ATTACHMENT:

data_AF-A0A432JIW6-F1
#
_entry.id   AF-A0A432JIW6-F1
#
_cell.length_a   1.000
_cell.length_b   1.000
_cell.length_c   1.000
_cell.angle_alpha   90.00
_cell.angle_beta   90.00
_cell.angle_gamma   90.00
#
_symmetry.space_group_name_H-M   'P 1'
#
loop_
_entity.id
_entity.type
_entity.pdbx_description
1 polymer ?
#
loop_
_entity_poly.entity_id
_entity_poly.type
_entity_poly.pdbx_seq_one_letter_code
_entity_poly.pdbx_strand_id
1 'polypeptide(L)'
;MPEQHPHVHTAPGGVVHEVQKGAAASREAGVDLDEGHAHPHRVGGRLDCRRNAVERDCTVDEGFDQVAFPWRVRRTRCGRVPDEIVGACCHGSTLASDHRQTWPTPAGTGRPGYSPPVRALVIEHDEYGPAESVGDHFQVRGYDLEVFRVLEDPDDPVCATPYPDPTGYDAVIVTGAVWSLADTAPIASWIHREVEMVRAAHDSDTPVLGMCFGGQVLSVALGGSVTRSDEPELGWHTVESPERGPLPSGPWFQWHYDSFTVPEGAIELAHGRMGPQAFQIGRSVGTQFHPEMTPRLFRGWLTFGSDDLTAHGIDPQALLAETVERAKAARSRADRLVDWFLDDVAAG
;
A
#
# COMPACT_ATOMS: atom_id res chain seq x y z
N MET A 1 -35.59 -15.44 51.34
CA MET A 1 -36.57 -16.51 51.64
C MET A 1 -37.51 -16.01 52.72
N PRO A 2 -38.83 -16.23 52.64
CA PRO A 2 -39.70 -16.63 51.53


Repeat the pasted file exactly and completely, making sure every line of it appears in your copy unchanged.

data_AF-A0A432JIW6-F1
#
_entry.id   AF-A0A432JIW6-F1
#
_cell.length_a   1.000
_cell.length_b   1.000
_cell.length_c   1.000
_cell.angle_alpha   90.00
_cell.angle_beta   90.00
_cell.angle_gamma   90.00
#
_symmetry.space_group_name_H-M   'P 1'
#
loop_
_entity.id
_entity.type
_entity.pdbx_description
1 polymer ?
#
loop_
_entity_poly.entity_id
_entity_poly.type
_entity_poly.pdbx_seq_one_letter_code
_entity_poly.pdbx_strand_id
1 'polypeptide(L)'
;MPEQHPHVHTAPGGVVHEVQKGAAASREAGVDLDEGHAHPHRVGGRLDCRRNAVERDCTVDEGFDQVAFPWRVRRTRCGRVPDEIVGACCHGSTLASDHRQTWPTPAGTGRPGYSPPVRALVIEHDEYGPAESVGDHFQVRGYDLEVFRVLEDPDDPVCATPYPDPTGYDAVIVTGAVWSLADTAPIASWIHREVEMVRAAHDSDTPVLGMCFGGQVLSVALGGSVTRSDEPELGWHTVESPERGPLPSGPWFQWHYDSFTVPEGAIELAHGRMGPQAFQIGRSVGTQFHPEMTPRLFRGWLTFGSDDLTAHGIDPQALLAETVERAKAARSRADRLVDWFLDDVAAG
;
A
#
# COMPACT_ATOMS: atom_id res chain seq x y z
N MET A 1 -35.59 -15.44 51.34
CA MET A 1 -36.57 -16.51 51.64
C MET A 1 -37.51 -16.01 52.72
N PRO A 2 -38.83 -16.23 52.64
CA PRO A 2 -39.70 -16.63 51.53